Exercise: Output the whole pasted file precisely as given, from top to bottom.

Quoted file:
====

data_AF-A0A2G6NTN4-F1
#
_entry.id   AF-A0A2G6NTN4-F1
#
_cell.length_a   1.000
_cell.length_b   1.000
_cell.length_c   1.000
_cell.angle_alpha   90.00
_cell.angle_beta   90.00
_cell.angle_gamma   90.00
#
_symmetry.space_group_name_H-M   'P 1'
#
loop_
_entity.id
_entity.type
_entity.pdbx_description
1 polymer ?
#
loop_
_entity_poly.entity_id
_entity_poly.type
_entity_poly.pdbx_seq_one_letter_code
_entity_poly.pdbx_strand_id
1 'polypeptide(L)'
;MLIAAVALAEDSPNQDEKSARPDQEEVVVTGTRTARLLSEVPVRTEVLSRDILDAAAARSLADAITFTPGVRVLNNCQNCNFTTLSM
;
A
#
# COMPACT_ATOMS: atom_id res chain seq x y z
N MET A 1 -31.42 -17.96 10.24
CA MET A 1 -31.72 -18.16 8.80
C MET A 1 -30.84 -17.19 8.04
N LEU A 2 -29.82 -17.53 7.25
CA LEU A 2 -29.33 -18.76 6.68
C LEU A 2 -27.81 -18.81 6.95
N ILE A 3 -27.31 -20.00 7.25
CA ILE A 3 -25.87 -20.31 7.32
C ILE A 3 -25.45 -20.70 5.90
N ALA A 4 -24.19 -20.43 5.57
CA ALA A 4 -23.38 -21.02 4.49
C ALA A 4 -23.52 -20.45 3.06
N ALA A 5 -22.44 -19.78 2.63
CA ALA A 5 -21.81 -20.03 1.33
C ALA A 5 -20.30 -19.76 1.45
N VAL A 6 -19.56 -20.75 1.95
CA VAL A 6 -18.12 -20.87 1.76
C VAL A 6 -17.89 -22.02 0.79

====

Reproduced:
data_AF-A0A2G6NTN4-F1
#
_entry.id   AF-A0A2G6NTN4-F1
#
_cell.length_a   1.000
_cell.length_b   1.000
_cell.length_c   1.000
_cell.angle_alpha   90.00
_cell.angle_beta   90.00
_cell.angle_gamma   90.00
#
_symmetry.space_group_name_H-M   'P 1'
#
loop_
_entity.id
_entity.type
_entity.pdbx_description
1 polymer ?
#
loop_
_entity_poly.entity_id
_entity_poly.type
_entity_poly.pdbx_seq_one_letter_code
_entity_poly.pdbx_strand_id
1 'polypeptide(L)'
;MLIAAVALAEDSPNQDEKSARPDQEEVVVTGTRTARLLSEVPVRTEVLSRDILDAAAARSLADAITFTPGVRVLNNCQNCNFTTLSM
;
A
#
# COMPACT_ATOMS: atom_id res chain seq x y z
N MET A 1 -31.42 -17.96 10.24
CA MET A 1 -31.72 -18.16 8.80
C MET A 1 -30.84 -17.19 8.04
N LEU A 2 -29.82 -17.53 7.25
CA LEU A 2 -29.33 -18.76 6.68
C LEU A 2 -27.81 -18.81 6.95
N ILE A 3 -27.31 -20.00 7.25
CA ILE A 3 -25.87 -20.31 7.32
C ILE A 3 -25.45 -20.70 5.90
N ALA A 4 -24.19 -20.43 5.57
CA ALA A 4 -23.38 -21.02 4.49
C ALA A 4 -23.52 -20.45 3.06
N ALA A 5 -22.44 -19.78 2.63
CA ALA A 5 -21.81 -20.03 1.33
C ALA A 5 -20.30 -19.76 1.45
N VAL A 6 -19.56 -20.75 1.95
CA VAL A 6 -18.12 -20.87 1.76
C VAL A 6 -17.89 -22.02 0.79